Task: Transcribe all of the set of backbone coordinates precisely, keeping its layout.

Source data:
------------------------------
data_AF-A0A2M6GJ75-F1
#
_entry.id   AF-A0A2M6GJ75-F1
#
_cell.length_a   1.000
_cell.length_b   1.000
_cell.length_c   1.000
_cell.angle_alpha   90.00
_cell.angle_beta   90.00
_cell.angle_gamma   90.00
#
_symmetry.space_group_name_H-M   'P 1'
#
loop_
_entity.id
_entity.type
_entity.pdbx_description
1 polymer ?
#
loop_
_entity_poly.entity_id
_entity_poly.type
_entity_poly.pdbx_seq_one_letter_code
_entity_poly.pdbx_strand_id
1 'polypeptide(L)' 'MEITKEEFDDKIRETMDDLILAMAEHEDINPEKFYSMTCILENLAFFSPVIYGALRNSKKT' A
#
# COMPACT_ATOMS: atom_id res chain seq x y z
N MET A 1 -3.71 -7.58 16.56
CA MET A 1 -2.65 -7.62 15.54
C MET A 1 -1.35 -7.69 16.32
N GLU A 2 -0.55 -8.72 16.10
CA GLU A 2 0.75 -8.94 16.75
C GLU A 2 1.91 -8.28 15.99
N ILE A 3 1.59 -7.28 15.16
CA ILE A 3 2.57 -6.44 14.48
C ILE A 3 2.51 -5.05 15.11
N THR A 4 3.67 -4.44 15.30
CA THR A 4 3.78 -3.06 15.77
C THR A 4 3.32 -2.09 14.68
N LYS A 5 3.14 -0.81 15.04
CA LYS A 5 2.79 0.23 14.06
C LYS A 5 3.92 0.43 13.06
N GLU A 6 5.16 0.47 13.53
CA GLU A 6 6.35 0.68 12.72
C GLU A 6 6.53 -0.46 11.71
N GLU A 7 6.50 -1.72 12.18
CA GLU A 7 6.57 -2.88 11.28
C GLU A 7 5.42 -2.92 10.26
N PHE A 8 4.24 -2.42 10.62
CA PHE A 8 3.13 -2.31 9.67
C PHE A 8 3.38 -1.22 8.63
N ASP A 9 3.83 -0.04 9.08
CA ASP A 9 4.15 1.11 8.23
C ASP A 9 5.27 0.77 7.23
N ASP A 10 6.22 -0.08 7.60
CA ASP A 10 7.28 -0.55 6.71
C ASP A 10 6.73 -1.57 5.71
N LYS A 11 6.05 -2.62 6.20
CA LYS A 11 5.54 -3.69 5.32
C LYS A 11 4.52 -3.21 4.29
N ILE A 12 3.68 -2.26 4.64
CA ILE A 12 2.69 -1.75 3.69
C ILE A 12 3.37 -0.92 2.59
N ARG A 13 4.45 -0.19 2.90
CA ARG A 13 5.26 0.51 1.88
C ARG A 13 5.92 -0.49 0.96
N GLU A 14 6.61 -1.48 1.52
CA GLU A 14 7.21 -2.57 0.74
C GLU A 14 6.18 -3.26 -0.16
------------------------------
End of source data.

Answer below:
data_AF-A0A2M6GJ75-F1
#
_entry.id   AF-A0A2M6GJ75-F1
#
_cell.length_a   1.000
_cell.length_b   1.000
_cell.length_c   1.000
_cell.angle_alpha   90.00
_cell.angle_beta   90.00
_cell.angle_gamma   90.00
#
_symmetry.space_group_name_H-M   'P 1'
#
loop_
_entity.id
_entity.type
_entity.pdbx_description
1 polymer ?
#
loop_
_entity_poly.entity_id
_entity_poly.type
_entity_poly.pdbx_seq_one_letter_code
_entity_poly.pdbx_strand_id
1 'polypeptide(L)' 'MEITKEEFDDKIRETMDDLILAMAEHEDINPEKFYSMTCILENLAFFSPVIYGALRNSKKT' A
#
# COMPACT_ATOMS: atom_id res chain seq x y z
N MET A 1 -3.71 -7.58 16.56
CA MET A 1 -2.65 -7.62 15.54
C MET A 1 -1.35 -7.69 16.32
N GLU A 2 -0.55 -8.72 16.10
CA GLU A 2 0.75 -8.94 16.75
C GLU A 2 1.91 -8.28 15.99
N ILE A 3 1.59 -7.28 15.16
CA ILE A 3 2.57 -6.44 14.48
C ILE A 3 2.51 -5.05 15.11
N THR A 4 3.67 -4.44 15.30
CA THR A 4 3.78 -3.06 15.77
C THR A 4 3.32 -2.09 14.68
N LYS A 5 3.14 -0.81 15.04
CA LYS A 5 2.79 0.23 14.06
C LYS A 5 3.92 0.43 13.06
N GLU A 6 5.16 0.47 13.53
CA GLU A 6 6.35 0.68 12.72
C GLU A 6 6.53 -0.46 11.71
N GLU A 7 6.50 -1.72 12.18
CA GLU A 7 6.57 -2.88 11.28
C GLU A 7 5.42 -2.92 10.26
N PHE A 8 4.24 -2.42 10.62
CA PHE A 8 3.13 -2.31 9.67
C PHE A 8 3.38 -1.22 8.63
N ASP A 9 3.83 -0.04 9.08
CA ASP A 9 4.15 1.11 8.23
C ASP A 9 5.27 0.77 7.23
N ASP A 10 6.22 -0.08 7.60
CA ASP A 10 7.28 -0.55 6.71
C ASP A 10 6.73 -1.57 5.71
N LYS A 11 6.05 -2.62 6.20
CA LYS A 11 5.54 -3.69 5.32
C LYS A 11 4.52 -3.21 4.29
N ILE A 12 3.68 -2.26 4.64
CA ILE A 12 2.69 -1.75 3.69
C ILE A 12 3.37 -0.92 2.59
N ARG A 13 4.45 -0.19 2.90
CA ARG A 13 5.26 0.51 1.88
C ARG A 13 5.92 -0.49 0.96
N GLU A 14 6.61 -1.48 1.52
CA GLU A 14 7.21 -2.57 0.74
C GLU A 14 6.18 -3.26 -0.16